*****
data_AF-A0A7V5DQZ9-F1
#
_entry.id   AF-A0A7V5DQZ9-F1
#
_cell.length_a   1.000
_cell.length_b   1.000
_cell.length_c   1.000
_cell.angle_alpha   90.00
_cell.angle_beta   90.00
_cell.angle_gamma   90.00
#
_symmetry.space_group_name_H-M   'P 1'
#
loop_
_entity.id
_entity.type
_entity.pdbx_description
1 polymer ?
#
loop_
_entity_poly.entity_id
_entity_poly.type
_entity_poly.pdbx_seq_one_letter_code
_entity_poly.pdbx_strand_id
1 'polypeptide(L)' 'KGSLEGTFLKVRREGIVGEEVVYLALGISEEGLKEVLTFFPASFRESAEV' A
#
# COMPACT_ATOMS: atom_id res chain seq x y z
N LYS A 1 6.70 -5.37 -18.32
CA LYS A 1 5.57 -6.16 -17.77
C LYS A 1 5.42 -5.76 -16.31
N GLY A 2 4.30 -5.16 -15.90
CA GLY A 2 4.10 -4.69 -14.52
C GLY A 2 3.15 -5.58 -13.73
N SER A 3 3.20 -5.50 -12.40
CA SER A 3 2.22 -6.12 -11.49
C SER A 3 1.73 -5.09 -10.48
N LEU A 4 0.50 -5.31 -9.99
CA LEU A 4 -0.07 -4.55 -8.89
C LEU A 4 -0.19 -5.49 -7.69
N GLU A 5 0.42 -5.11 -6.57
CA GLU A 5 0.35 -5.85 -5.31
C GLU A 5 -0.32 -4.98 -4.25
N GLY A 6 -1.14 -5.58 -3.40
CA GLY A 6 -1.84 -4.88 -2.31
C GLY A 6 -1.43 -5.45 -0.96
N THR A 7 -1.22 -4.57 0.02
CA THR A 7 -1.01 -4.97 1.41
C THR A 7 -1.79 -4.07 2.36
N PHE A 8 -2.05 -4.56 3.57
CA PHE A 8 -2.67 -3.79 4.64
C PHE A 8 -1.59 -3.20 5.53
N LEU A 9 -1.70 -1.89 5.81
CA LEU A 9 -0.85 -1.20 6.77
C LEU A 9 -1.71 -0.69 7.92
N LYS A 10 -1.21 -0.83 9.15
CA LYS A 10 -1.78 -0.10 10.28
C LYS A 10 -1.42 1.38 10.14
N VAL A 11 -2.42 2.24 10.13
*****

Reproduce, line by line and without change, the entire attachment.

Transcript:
data_AF-A0A7V5DQZ9-F1
#
_entry.id   AF-A0A7V5DQZ9-F1
#
_cell.length_a   1.000
_cell.length_b   1.000
_cell.length_c   1.000
_cell.angle_alpha   90.00
_cell.angle_beta   90.00
_cell.angle_gamma   90.00
#
_symmetry.space_group_name_H-M   'P 1'
#
loop_
_entity.id
_entity.type
_entity.pdbx_description
1 polymer ?
#
loop_
_entity_poly.entity_id
_entity_poly.type
_entity_poly.pdbx_seq_one_letter_code
_entity_poly.pdbx_strand_id
1 'polypeptide(L)' 'KGSLEGTFLKVRREGIVGEEVVYLALGISEEGLKEVLTFFPASFRESAEV' A
#
# COMPACT_ATOMS: atom_id res chain seq x y z
N LYS A 1 6.70 -5.37 -18.32
CA LYS A 1 5.57 -6.16 -17.77
C LYS A 1 5.42 -5.76 -16.31
N GLY A 2 4.30 -5.16 -15.90
CA GLY A 2 4.10 -4.69 -14.52
C GLY A 2 3.15 -5.58 -13.73
N SER A 3 3.20 -5.50 -12.40
CA SER A 3 2.22 -6.12 -11.49
C SER A 3 1.73 -5.09 -10.48
N LEU A 4 0.50 -5.31 -9.99
CA LEU A 4 -0.07 -4.55 -8.89
C LEU A 4 -0.19 -5.49 -7.69
N GLU A 5 0.42 -5.11 -6.57
CA GLU A 5 0.35 -5.85 -5.31
C GLU A 5 -0.32 -4.98 -4.25
N GLY A 6 -1.14 -5.58 -3.40
CA GLY A 6 -1.84 -4.88 -2.31
C GLY A 6 -1.43 -5.45 -0.96
N THR A 7 -1.22 -4.57 0.02
CA THR A 7 -1.01 -4.97 1.41
C THR A 7 -1.79 -4.07 2.36
N PHE A 8 -2.05 -4.56 3.57
CA PHE A 8 -2.67 -3.79 4.64
C PHE A 8 -1.59 -3.20 5.53
N LEU A 9 -1.70 -1.89 5.81
CA LEU A 9 -0.85 -1.20 6.77
C LEU A 9 -1.71 -0.69 7.92
N LYS A 10 -1.21 -0.83 9.15
CA LYS A 10 -1.78 -0.10 10.28
C LYS A 10 -1.42 1.38 10.14
N VAL A 11 -2.42 2.24 10.13